The strongest end of the market, the mid-caps, had been looking a bit uncomfortable since last Friday. Even as the Nifty broke past 6,200 on Friday, the advance-decline ratio did not look convincing and yesterday mid-and small-caps saw a serious selloff. This space has to be watched closely as the genesis of the current market momentum lies in the heady mid-cap rally of the last quarter.
Between November 1 and January 1, the BSE small-cap index rose 42 per cent. The CNX mid-cap index rose 28 per cent while the Sensex was up barely 3 per cent. Such has been the extent of outperformance of the broader market compared to large-caps. The yawning valuation gap between large-and mid-caps got closed out to a considerable extent in this period; in fact, there are clear signs of froth in many mid-cap pockets. Maybe not as much as small-caps, where the rally in most parts is inexplicable and undeserved.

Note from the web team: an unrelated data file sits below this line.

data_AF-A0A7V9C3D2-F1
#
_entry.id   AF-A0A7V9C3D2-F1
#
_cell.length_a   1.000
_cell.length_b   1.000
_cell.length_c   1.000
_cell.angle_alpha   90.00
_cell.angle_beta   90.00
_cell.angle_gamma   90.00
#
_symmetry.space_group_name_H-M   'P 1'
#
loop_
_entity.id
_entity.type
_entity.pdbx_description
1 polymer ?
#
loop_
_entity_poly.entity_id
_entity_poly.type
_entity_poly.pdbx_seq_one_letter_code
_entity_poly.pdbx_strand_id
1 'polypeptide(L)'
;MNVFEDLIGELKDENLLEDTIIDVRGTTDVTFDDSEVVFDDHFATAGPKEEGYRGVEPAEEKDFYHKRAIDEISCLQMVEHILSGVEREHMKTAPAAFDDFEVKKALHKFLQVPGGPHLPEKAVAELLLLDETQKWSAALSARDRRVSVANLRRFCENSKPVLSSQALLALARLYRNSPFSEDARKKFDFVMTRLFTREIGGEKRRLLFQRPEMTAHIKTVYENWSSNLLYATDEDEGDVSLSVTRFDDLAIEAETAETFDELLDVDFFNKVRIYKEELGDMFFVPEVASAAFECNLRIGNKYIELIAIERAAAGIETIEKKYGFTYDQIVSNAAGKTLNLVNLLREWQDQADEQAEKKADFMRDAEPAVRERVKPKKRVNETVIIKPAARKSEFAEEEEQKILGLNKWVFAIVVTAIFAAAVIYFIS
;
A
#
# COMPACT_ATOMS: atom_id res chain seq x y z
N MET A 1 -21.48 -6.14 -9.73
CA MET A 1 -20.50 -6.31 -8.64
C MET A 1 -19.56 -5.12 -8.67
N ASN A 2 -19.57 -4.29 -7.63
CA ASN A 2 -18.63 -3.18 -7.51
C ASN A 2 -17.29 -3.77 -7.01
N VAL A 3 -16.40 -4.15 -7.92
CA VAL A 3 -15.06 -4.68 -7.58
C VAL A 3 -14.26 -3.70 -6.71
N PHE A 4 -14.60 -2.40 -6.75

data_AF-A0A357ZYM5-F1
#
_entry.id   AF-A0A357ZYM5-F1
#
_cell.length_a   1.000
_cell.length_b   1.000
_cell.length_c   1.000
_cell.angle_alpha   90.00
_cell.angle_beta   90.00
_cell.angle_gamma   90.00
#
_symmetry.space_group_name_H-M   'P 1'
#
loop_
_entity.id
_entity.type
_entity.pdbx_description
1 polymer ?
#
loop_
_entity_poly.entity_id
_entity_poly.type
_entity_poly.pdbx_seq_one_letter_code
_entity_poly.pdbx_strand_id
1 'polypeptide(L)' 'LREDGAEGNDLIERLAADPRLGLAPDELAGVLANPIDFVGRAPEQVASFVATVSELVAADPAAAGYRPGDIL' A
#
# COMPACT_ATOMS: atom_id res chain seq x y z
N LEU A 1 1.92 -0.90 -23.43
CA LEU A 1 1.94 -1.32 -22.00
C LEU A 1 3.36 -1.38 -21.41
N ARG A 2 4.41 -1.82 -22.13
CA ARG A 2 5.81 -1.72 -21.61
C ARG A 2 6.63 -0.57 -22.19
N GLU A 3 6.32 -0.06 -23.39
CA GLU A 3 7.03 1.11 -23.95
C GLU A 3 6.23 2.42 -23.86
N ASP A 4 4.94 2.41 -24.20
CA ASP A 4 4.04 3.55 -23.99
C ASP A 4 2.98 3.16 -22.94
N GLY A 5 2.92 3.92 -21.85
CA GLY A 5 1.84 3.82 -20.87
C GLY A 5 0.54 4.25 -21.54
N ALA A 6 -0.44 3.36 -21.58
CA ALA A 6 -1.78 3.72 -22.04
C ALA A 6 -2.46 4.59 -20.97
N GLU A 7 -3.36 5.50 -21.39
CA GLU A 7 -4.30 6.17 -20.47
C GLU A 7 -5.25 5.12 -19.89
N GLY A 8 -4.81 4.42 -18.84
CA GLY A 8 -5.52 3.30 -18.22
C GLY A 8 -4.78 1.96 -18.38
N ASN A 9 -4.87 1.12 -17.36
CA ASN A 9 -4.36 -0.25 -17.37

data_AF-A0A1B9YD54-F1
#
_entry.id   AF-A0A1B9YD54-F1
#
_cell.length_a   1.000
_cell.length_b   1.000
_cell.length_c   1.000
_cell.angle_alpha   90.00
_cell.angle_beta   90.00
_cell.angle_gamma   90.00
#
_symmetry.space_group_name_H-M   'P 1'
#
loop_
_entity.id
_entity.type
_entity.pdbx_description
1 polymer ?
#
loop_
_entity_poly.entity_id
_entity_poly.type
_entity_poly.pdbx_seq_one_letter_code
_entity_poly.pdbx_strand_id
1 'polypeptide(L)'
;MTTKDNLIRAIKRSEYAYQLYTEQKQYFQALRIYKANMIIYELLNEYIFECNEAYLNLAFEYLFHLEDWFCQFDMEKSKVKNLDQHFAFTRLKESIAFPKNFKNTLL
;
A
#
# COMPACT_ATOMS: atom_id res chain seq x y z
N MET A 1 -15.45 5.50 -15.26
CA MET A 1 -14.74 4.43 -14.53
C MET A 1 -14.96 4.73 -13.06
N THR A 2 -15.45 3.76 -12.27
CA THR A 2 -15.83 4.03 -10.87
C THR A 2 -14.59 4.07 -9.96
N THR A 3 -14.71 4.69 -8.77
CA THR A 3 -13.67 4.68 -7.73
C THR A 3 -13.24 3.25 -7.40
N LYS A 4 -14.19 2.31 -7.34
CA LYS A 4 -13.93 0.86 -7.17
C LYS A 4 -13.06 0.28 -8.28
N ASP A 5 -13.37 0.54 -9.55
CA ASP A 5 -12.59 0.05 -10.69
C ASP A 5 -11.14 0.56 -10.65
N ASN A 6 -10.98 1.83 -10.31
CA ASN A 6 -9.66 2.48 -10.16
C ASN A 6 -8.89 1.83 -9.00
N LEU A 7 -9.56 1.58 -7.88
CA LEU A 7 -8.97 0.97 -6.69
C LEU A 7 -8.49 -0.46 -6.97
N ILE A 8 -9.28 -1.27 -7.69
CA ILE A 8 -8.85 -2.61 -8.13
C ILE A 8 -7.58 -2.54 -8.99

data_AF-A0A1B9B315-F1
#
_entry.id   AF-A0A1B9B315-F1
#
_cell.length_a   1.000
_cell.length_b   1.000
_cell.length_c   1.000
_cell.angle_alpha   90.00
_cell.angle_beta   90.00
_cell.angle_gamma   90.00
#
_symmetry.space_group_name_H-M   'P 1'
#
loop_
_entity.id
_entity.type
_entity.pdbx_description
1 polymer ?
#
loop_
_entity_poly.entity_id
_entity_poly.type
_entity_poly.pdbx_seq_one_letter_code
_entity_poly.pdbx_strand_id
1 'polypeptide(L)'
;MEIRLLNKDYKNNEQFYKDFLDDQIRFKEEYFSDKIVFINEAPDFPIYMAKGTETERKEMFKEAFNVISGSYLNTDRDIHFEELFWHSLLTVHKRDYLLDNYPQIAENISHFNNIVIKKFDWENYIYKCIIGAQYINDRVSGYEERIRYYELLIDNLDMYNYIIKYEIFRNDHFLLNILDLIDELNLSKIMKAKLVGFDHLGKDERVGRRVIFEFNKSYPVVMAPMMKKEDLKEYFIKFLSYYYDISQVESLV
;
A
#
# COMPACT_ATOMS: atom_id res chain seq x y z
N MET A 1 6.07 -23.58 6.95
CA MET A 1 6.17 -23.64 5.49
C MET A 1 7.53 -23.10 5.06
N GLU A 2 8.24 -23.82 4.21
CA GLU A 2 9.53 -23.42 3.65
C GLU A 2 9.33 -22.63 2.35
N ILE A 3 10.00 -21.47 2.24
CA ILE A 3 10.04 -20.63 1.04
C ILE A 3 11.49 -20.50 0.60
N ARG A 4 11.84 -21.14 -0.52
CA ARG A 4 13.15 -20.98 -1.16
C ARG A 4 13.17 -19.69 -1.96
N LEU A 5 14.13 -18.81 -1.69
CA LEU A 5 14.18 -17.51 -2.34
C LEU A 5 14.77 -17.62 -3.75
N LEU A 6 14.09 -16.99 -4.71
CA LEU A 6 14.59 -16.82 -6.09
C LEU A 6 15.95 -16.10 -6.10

Yesterday's selloff is signalling one of two things. One, such serious outperformance has made relative valuations look better in large-caps and the action is rotating to index heavyweights. Such rotation would be positive and generally ends in market levels sustaining and edging higher.
Alternatively, the rally that started in the last quarter of 2007 with mid-caps is now tiring out and the first signs are visible in the very space where it all began. While the first scenario has a higher probability, one should not ignore the second possibility altogether till there is a confirmation from the market. It is true that a single day's selloff is too little to undo the relentless strength of the last two months, yet turbulence at elevated levels should not be treated lightly. Better safe than sorry.